TULALIP — Two new sentinels now stand outside the doors of the Tulalip Tribes administration building.
On a cold and rainy Monday morning, about 50 people gathered for the unveiling of two story poles, the product of years of work by Tulalip master carvers Joe Gobin and James Madison.
The pole on the left side of the building’s entrance features an orca, as seen from above, with a human face. The pole on the right shows a diver swimming through the tentacles of a giant octopus.
Both were carved from the trunk of a 140-foot red cedar that blew down some years ago near Darrington, Gobin said.
Story poles currently standing outside the Tulalip Resort &Casino came from the same tree, Madison said.
Gobin carved the orca pole and Madison the octopus pole.
“We’re killer whale people,” Gobin said. “The person up on top is our spirit of the whale.”
Referring to the omnipresent Tulalip logo of an orca, he added: “I wanted to represent that in a way different than you normally see.”
He added eagle motifs on the back side of the pole in honor of the eagles that watched over tribal gatherings from trees rising above at the old administration building.
Madison’s octopus includes a carved “diving rock” incorporated into the pole.
“My grandfather used to tell me about a different kind of power, water power,” Madison said.
“We’d jump off canoes with a diving rock. … We’d dive down to get our water power to protect us,” he said.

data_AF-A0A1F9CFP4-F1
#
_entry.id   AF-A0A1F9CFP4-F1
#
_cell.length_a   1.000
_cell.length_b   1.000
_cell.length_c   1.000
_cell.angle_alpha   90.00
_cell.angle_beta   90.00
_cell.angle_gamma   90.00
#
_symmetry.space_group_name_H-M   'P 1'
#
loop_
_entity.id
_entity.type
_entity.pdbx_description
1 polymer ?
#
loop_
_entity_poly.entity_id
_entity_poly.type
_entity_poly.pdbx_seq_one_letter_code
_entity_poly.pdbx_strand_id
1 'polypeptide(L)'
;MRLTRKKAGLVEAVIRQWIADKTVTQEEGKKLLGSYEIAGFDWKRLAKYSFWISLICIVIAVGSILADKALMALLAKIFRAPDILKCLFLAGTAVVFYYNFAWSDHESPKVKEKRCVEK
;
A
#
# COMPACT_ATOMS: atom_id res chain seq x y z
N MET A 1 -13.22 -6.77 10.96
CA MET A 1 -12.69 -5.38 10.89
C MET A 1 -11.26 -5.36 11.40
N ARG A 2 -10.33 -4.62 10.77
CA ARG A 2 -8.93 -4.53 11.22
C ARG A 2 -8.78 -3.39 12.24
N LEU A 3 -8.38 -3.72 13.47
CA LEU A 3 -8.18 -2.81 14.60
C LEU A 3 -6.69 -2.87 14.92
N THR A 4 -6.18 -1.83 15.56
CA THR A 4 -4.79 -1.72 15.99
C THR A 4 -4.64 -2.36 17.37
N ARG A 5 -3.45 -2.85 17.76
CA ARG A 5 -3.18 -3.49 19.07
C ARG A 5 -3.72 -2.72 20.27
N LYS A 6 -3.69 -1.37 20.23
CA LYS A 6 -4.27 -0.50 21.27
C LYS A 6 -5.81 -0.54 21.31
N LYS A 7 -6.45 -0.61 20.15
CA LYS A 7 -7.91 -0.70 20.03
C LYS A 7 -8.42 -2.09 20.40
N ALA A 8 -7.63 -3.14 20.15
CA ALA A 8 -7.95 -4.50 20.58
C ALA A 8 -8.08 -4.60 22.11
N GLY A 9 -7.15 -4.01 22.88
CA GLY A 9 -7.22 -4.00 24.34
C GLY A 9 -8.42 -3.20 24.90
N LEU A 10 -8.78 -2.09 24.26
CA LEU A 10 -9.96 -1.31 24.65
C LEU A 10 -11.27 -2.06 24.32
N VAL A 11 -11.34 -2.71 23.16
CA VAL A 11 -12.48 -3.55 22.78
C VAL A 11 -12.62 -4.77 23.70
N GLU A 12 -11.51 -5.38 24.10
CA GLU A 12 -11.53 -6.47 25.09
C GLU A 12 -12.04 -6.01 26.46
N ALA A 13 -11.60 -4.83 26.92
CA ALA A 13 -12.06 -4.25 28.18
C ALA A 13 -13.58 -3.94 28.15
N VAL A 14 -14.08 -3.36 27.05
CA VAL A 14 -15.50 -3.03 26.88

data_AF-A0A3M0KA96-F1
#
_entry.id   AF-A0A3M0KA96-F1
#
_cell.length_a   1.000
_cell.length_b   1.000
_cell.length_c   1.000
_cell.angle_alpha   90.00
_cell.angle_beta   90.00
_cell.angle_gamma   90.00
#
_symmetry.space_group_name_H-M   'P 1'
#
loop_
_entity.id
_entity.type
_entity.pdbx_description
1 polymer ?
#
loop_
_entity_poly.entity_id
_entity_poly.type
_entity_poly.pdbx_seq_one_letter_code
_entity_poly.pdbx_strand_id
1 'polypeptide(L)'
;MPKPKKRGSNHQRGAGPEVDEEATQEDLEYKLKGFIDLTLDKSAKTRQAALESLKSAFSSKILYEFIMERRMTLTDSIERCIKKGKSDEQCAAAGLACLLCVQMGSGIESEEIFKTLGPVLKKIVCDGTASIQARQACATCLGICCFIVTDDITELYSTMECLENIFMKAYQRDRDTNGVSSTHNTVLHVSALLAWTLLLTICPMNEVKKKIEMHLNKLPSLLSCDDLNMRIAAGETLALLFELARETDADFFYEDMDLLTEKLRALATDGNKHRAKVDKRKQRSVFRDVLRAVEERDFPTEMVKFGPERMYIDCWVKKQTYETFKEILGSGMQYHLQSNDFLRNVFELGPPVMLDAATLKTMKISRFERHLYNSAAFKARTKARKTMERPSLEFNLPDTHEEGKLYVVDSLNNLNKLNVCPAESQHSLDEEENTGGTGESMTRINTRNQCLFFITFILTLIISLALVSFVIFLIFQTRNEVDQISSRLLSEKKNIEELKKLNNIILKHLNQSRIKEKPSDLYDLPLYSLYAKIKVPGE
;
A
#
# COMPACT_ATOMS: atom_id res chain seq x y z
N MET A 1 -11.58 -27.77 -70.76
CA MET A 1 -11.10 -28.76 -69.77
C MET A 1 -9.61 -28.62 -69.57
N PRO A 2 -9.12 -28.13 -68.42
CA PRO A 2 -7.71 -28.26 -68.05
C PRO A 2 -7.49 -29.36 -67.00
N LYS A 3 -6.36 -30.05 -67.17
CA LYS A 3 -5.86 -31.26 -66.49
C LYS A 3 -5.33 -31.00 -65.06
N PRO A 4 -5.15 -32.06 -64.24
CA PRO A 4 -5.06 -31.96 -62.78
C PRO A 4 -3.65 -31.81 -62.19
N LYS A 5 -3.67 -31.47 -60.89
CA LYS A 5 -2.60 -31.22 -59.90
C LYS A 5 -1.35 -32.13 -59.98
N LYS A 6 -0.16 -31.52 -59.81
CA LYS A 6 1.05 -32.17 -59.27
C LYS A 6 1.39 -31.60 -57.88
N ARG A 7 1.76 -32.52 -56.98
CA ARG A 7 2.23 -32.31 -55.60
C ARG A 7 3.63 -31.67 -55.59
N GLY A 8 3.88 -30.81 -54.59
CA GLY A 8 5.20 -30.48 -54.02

The unveiling before tribal board members, staff and guests started with a prayer by board member Marie Zackuse and song and drumming led by Glen Gobin, Joe Gobin’s brother and the vice-chairman of the tribe.
Then the wraps were taken off the poles, to cheers from the crowd.
“This all started for me with my grandfather, Frank Madison, who taught me everything I know,” Madison said to the crowd.
“He’d be very proud of us putting all our culture into all our buildings,” he said.
Flanked by his two sons, Madison stressed the importance of passing along the stories and traditions of tribal elders.
“As my grandfather would say, we’re not petrified, we’re still alive,” Madison said.
That’s the message for the next generation as well, he said: “Keep us alive.”
The poles were installed on cement stands Friday night and wrapped until Monday morning.
“As we came into the building we’ve been missing these pieces,” Glen Gobin said. “It says who the Snohomish people are, who the Tulalip people are.”
Five children from Quil Ceda Tulalip Elementary School finished the ceremony with a song, led by fourth-grader Image Enick, a nine-year-old with a powerful voice.
“This is what it’s all about, going full-circle and remembering who we are as Indian people,” said Chelsea Craig, a cultural specialist at the school.
Tulalip chairman Mel Sheldon Jr. thanked everyone for coming and the artists for their work. “Today we have our new story poles to welcome us,” Sheldon said.
“We come together so we can remember and not forget,” he said. “I hope we remember this day for a long time.”
Then he ushered everyone back inside to return to work.
Chris Winters: 425-374-4165; firstname.lastname@example.org. Twitter: @Chris_At_Herald.
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